The GC-MS analysis of the C. stipuliformis bark hexane fraction revealed that CSH contained diterpenoid compounds (75.0%), sterols (16.0%), aliphatic esters (5.4%), sesquiterpenes (1.8%), aliphatic alcohols (1.6%), and other types of compounds (0.2%). Further fractionation of hexane fraction was needed due to its complexity. It afforded four fractions (i.e. CSHa-d), which were also analyzed through GC-MS, as it can be seen in figure 1. This analysis allowed determining that the composition between fractions was different as a result of an efficient separation; thus, the first CSHa fraction contained mono- and sesquiterpenoids; CSHb and CSHc showed the presence of diterpenoids; and CSHd consisted mainly of triterpenes and sterols.

The careful analysis of mass spectra and retention indexes of CSHa constituents allowed the identification of 51 compounds in this fraction, which identity is presented in table 1. The major constituents were identified as follows: the sesquiterpenes β-cariophyllene (10.48%), δ-cadinene (7.72%), γ-muurolene (3.81%), and α-copaene (2.25%); the diterpene 1 (6.73%); aliphatic esters methyl hexadecanoate (8.86%) and methyl octadecanoate (3.82%); butanol (18.39%), and heneicosane (7.56%). This high terpenoid content is comparable with those found for other Croton species, such as C. zambesicus (16) and C. sellowii (17).

The CSHd fraction was mainly constituted by sterols, among which β-sitosterol (34.94%), β-amirene (17.70%), ergosta-5-en-3-ol (11.24%), and ergosta-4-en-3-one (5.17%) were the major constituents. It is important to point out that most of the identified sterols have Δ5-nuclei, which is common in the Croton species (4).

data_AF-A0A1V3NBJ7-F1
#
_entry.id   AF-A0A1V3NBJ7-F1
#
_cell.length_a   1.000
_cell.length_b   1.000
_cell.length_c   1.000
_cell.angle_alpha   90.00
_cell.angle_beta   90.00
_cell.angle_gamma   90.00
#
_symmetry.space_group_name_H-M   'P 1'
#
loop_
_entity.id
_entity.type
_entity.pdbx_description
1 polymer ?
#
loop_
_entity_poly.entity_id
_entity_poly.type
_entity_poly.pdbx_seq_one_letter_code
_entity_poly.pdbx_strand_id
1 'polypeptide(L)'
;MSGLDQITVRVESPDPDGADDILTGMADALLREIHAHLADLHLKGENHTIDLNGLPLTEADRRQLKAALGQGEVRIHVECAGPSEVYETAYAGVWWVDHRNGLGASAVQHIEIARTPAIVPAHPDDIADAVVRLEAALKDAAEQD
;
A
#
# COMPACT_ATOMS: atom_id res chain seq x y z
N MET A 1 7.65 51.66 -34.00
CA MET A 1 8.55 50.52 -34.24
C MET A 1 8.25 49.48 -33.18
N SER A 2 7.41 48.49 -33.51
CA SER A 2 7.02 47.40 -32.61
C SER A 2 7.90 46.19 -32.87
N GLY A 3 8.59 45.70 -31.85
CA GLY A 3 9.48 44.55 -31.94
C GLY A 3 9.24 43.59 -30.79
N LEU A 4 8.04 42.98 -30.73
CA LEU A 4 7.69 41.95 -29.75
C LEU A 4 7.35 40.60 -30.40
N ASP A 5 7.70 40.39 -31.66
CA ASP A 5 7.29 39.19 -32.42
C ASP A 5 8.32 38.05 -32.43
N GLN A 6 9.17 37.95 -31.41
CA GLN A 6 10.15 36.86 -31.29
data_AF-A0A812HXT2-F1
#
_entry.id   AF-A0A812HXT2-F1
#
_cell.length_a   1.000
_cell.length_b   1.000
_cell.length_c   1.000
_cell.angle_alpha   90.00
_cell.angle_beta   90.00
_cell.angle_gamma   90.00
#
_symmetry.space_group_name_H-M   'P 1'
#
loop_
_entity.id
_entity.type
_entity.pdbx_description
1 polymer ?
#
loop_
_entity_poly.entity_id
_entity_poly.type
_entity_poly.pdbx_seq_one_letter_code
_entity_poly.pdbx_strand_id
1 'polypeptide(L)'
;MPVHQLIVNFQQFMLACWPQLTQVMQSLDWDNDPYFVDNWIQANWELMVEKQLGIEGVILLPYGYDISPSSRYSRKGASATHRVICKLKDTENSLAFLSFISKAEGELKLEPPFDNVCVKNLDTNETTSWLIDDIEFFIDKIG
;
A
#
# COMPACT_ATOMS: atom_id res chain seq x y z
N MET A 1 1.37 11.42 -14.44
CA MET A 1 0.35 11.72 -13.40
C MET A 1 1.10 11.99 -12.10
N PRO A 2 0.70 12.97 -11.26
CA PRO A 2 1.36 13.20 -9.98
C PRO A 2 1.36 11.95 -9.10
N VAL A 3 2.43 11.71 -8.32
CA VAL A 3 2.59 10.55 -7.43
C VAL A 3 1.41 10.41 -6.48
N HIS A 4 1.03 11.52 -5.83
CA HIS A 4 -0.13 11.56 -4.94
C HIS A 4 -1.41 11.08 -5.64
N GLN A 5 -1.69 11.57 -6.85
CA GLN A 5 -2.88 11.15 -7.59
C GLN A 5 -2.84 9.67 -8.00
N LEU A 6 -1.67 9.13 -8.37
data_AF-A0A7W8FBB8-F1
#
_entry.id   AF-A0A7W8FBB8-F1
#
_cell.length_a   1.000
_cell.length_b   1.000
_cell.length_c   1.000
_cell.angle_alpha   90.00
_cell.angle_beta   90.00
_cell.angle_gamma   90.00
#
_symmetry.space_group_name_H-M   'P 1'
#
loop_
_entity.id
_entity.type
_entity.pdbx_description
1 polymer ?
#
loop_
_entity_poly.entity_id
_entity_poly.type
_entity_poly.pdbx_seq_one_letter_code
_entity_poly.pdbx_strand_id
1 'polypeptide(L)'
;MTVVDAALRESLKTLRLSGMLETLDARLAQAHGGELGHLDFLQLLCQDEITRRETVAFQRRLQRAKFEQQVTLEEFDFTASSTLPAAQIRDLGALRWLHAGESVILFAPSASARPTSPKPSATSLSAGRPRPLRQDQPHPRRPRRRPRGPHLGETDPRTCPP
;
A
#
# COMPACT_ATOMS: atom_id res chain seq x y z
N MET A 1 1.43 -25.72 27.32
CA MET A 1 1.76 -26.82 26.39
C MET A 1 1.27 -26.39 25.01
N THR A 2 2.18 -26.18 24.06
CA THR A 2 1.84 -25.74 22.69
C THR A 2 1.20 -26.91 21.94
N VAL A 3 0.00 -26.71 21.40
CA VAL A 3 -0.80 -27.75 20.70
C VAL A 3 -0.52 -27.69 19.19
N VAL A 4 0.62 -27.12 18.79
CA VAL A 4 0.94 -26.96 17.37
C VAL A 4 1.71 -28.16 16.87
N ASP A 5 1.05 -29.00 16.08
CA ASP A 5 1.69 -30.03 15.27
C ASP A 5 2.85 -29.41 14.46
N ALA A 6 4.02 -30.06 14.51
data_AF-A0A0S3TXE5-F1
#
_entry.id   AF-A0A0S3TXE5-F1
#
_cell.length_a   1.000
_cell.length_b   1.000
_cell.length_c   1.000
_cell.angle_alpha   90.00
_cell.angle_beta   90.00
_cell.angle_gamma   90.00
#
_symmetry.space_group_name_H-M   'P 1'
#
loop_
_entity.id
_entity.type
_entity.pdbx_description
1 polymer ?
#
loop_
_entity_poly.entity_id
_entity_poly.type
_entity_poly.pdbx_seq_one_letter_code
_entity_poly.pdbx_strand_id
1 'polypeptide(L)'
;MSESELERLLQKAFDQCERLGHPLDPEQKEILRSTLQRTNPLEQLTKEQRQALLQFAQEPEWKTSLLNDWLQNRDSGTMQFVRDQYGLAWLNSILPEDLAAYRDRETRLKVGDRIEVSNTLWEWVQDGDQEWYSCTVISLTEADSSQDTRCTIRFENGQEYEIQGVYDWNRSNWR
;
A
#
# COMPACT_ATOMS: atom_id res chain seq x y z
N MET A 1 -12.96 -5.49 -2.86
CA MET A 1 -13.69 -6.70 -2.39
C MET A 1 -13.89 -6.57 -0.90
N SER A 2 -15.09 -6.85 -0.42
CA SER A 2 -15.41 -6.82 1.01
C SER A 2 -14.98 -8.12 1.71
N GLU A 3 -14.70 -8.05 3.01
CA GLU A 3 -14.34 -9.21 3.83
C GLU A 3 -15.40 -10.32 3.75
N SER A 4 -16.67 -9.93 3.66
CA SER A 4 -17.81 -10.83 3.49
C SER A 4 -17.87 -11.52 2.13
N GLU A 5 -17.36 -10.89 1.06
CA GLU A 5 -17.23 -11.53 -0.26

The strongest cytotoxic activities were detected for CSHb and CSHc, which were subsequently fractionated by means of preparative HPLC in order to obtain pure compounds 1-3. The major constituent of the CSHb fraction (1) has a formula of C21H32O2, as it was established through the HRFABa Composition calculated based on the peak area % of each fraction. b The eight most intense peaks of MS. - Not detected. MS analyses. The 13C NMR spectra confirmed that compound 1 possesses a carboxyl group (δC 174.4). Also, the 1H NMR spectra suggested that compound 1 possesses a –CH=C(CH3)-CH=CH2 group, which is typical for a labda-12(E),14-diene skeleton (18, 19), along with the presence of a cyclohexane ring, which was determined by of COSY and HMBC correlations. An exomethylene group was shown by the 1H and 13C NMR signals at δH 4.48 (H-17a, brs) and 4.86 (H-17b, d, J = 0.8), and δC 108.7 (C-17). The 1H NMR spectrum also showed two additional singlet due to the presence of two methyl groups at δH 0.75 (H3-20) and 1.72 (H3-19); the latter was attached to an olef inic group, which was attached to the cyclohexane ring. Therefore, the carboxyl group must be confined to an aliphatic chain attached to the cyclohexane system, which could be probed by the correlations between the carboxylic carbon at δC 174.4 (C-3) and methylene protons at δH 2.19 (H-2a) and 2.44 (H-2b) observed in the HMBC spectrum. These correlations revealed that the structure of compound 1 resembles a 3,4-seco-labda-12(E),14-diene skeleton due to the ring A opening; thus, it was elucidated as the methyl ester of (+)-12E-3,4-seco-labda- 4(18),8(17),12,14-tetraen-3-oic acid (maravuic acid methyl ester). The chemical structure of this compound is presented in figure 2.